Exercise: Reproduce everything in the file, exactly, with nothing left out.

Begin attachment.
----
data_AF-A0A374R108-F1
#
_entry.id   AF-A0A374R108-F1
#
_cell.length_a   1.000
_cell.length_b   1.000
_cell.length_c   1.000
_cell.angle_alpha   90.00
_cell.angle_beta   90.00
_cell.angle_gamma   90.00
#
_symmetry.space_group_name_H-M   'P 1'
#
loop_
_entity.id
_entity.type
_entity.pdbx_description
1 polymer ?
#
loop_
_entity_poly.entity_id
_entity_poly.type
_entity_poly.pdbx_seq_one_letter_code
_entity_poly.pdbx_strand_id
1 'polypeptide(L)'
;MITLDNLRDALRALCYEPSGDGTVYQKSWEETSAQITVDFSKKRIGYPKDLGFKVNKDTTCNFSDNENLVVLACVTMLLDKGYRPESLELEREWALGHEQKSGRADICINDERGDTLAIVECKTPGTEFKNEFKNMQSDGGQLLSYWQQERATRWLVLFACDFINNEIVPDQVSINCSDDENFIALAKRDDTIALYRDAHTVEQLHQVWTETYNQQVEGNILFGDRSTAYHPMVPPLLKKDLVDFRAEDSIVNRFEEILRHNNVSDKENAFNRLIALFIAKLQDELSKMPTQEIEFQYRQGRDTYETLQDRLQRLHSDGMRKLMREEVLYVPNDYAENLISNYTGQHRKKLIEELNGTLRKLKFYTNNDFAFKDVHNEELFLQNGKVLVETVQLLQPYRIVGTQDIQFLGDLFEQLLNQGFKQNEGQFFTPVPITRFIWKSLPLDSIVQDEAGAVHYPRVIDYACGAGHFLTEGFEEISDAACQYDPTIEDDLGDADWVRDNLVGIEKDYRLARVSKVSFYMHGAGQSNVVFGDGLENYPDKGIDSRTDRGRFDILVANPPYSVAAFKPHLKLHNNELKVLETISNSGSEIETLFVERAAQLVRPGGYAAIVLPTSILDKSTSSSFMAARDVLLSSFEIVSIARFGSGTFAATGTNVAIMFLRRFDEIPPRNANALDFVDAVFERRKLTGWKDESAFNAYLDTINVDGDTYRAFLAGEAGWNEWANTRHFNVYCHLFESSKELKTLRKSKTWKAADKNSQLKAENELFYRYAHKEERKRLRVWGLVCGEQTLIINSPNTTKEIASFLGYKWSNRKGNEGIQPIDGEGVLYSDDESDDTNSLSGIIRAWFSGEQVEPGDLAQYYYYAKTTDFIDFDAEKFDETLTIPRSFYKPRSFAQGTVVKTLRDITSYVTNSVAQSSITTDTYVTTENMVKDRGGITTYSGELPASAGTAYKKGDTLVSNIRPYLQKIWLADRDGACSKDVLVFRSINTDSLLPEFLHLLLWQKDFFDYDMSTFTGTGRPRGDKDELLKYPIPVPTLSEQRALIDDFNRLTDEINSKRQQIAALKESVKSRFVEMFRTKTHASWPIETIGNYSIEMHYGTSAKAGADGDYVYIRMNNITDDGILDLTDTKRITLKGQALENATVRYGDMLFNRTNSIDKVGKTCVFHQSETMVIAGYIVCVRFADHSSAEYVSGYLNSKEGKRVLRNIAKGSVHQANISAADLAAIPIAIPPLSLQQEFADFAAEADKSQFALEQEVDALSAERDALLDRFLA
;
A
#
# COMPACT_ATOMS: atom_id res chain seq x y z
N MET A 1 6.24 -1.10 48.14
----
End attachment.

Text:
data_AF-A0A374R108-F1
#
_entry.id   AF-A0A374R108-F1
#
_cell.length_a   1.000
_cell.length_b   1.000
_cell.length_c   1.000
_cell.angle_alpha   90.00
_cell.angle_beta   90.00
_cell.angle_gamma   90.00
#
_symmetry.space_group_name_H-M   'P 1'
#
loop_
_entity.id
_entity.type
_entity.pdbx_description
1 polymer ?
#
loop_
_entity_poly.entity_id
_entity_poly.type
_entity_poly.pdbx_seq_one_letter_code
_entity_poly.pdbx_strand_id
1 'polypeptide(L)'
;MITLDNLRDALRALCYEPSGDGTVYQKSWEETSAQITVDFSKKRIGYPKDLGFKVNKDTTCNFSDNENLVVLACVTMLLDKGYRPESLELEREWALGHEQKSGRADICINDERGDTLAIVECKTPGTEFKNEFKNMQSDGGQLLSYWQQERATRWLVLFACDFINNEIVPDQVSINCSDDENFIALAKRDDTIALYRDAHTVEQLHQVWTETYNQQVEGNILFGDRSTAYHPMVPPLLKKDLVDFRAEDSIVNRFEEILRHNNVSDKENAFNRLIALFIAKLQDELSKMPTQEIEFQYRQGRDTYETLQDRLQRLHSDGMRKLMREEVLYVPNDYAENLISNYTGQHRKKLIEELNGTLRKLKFYTNNDFAFKDVHNEELFLQNGKVLVETVQLLQPYRIVGTQDIQFLGDLFEQLLNQGFKQNEGQFFTPVPITRFIWKSLPLDSIVQDEAGAVHYPRVIDYACGAGHFLTEGFEEISDAACQYDPTIEDDLGDADWVRDNLVGIEKDYRLARVSKVSFYMHGAGQSNVVFGDGLENYPDKGIDSRTDRGRFDILVANPPYSVAAFKPHLKLHNNELKVLETISNSGSEIETLFVERAAQLVRPGGYAAIVLPTSILDKSTSSSFMAARDVLLSSFEIVSIARFGSGTFAATGTNVAIMFLRRFDEIPPRNANALDFVDAVFERRKLTGWKDESAFNAYLDTINVDGDTYRAFLAGEAGWNEWANTRHFNVYCHLFESSKELKTLRKSKTWKAADKNSQLKAENELFYRYAHKEERKRLRVWGLVCGEQTLIINSPNTTKEIASFLGYKWSNRKGNEGIQPIDGEGVLYSDDESDDTNSLSGIIRAWFSGEQVEPGDLAQYYYYAKTTDFIDFDAEKFDETLTIPRSFYKPRSFAQGTVVKTLRDITSYVTNSVAQSSITTDTYVTTENMVKDRGGITTYSGELPASAGTAYKKGDTLVSNIRPYLQKIWLADRDGACSKDVLVFRSINTDSLLPEFLHLLLWQKDFFDYDMSTFTGTGRPRGDKDELLKYPIPVPTLSEQRALIDDFNRLTDEINSKRQQIAALKESVKSRFVEMFRTKTHASWPIETIGNYSIEMHYGTSAKAGADGDYVYIRMNNITDDGILDLTDTKRITLKGQALENATVRYGDMLFNRTNSIDKVGKTCVFHQSETMVIAGYIVCVRFADHSSAEYVSGYLNSKEGKRVLRNIAKGSVHQANISAADLAAIPIAIPPLSLQQEFADFAAEADKSQFALEQEVDALSAERDALLDRFLA
;
A
#
# COMPACT_ATOMS: atom_id res chain seq x y z
N MET A 1 6.24 -1.10 48.14